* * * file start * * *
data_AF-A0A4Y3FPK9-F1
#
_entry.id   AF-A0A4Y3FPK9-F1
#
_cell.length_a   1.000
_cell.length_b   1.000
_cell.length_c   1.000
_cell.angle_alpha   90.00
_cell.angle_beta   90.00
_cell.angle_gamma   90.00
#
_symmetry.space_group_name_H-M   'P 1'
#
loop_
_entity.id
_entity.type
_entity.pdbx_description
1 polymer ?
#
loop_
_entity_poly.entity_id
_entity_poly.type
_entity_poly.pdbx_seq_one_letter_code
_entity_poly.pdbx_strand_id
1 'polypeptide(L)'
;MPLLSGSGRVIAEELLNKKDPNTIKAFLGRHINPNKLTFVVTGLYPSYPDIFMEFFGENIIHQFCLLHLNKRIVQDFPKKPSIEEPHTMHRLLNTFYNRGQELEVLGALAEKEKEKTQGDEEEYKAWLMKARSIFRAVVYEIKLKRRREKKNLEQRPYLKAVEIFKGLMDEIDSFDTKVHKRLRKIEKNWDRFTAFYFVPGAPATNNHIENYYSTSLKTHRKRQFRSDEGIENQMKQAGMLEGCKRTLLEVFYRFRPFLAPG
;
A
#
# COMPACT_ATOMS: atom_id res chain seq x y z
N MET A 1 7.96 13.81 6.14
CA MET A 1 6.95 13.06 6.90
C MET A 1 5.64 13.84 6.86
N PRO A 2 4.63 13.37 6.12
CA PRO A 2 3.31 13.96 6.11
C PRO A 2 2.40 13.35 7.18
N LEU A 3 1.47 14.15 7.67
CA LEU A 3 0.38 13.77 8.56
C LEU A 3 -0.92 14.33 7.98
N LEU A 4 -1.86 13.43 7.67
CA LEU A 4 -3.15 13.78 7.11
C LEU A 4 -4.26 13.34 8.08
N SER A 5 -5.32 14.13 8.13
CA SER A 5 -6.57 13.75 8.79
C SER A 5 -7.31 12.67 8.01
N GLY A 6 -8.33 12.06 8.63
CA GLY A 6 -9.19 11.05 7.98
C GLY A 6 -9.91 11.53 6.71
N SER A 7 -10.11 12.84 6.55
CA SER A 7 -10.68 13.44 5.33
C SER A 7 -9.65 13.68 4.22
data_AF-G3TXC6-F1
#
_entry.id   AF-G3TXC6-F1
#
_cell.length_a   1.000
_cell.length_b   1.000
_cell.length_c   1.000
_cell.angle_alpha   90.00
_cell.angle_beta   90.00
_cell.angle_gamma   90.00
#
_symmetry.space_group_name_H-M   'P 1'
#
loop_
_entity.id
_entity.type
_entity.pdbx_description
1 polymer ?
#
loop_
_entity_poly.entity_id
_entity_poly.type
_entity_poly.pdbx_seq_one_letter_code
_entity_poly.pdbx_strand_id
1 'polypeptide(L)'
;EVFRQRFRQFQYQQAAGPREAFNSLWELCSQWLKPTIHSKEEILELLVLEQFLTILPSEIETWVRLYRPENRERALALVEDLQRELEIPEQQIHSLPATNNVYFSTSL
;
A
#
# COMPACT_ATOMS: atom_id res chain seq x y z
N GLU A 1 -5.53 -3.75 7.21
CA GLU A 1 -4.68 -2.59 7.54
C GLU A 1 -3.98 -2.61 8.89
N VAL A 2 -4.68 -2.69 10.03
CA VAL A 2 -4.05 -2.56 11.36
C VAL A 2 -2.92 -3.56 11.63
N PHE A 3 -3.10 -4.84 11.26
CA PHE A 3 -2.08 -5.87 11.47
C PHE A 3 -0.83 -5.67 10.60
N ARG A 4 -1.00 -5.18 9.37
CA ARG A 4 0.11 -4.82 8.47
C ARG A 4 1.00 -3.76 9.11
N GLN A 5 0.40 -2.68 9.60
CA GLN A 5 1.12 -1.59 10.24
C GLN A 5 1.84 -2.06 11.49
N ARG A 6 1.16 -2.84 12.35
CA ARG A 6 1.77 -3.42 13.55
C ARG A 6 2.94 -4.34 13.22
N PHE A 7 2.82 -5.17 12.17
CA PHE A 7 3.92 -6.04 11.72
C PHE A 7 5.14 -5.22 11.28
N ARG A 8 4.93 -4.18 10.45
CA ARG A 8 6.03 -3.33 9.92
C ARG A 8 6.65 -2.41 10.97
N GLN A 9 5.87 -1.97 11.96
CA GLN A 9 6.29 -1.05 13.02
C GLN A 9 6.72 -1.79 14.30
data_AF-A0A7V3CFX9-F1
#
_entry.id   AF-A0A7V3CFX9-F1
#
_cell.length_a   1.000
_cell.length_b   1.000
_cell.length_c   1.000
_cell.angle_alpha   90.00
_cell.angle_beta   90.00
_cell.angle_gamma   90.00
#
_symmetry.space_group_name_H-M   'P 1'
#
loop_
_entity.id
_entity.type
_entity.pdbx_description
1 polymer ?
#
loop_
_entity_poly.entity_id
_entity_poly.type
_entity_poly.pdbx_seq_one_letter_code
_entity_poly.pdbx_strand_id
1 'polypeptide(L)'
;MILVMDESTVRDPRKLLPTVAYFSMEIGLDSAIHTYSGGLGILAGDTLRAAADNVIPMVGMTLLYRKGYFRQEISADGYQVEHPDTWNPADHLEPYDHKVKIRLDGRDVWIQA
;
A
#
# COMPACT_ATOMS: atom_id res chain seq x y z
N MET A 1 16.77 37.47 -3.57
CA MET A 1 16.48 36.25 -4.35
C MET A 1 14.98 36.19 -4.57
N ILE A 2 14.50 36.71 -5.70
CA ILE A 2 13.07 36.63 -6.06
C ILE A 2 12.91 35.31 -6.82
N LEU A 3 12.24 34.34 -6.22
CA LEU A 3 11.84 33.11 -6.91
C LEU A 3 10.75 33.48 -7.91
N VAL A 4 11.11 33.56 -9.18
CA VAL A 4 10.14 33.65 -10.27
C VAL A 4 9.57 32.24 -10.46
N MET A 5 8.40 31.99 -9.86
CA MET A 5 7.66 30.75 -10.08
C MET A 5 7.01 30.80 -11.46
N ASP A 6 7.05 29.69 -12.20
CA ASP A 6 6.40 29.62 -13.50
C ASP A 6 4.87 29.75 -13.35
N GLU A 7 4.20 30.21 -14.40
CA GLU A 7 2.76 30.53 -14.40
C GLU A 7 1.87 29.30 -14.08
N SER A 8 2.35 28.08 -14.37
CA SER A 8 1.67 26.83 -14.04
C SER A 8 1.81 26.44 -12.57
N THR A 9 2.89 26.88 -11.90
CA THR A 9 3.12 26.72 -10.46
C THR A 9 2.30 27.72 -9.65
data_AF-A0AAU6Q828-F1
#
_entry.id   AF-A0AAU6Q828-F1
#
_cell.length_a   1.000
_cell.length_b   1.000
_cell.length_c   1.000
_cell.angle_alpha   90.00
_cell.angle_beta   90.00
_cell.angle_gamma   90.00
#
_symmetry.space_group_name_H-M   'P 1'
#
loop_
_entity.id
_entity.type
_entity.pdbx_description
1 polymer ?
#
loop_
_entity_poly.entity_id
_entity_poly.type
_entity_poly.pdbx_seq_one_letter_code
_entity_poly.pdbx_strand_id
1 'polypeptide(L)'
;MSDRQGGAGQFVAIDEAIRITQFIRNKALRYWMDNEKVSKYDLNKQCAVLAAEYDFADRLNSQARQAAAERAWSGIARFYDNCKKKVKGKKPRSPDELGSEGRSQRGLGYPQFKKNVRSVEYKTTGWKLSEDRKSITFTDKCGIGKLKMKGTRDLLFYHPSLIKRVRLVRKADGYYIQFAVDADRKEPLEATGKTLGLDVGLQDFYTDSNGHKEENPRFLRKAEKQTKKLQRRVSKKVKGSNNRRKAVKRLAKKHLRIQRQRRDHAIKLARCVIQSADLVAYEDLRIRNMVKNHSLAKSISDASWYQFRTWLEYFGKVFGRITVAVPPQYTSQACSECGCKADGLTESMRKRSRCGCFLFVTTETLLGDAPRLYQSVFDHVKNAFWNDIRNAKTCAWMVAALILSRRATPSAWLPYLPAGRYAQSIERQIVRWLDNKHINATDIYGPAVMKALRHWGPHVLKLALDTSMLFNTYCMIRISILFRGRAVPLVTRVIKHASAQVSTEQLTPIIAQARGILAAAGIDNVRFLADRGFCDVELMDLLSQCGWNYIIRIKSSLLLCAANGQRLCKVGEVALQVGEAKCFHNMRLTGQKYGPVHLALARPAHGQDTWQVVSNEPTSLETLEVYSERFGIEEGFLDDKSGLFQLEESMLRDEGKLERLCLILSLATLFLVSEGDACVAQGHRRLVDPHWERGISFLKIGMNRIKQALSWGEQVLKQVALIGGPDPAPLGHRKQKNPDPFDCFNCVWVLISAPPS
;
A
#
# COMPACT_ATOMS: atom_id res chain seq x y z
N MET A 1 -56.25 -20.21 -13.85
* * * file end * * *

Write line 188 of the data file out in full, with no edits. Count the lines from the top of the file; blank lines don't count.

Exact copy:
_entity_poly.pdbx_seq_one_letter_code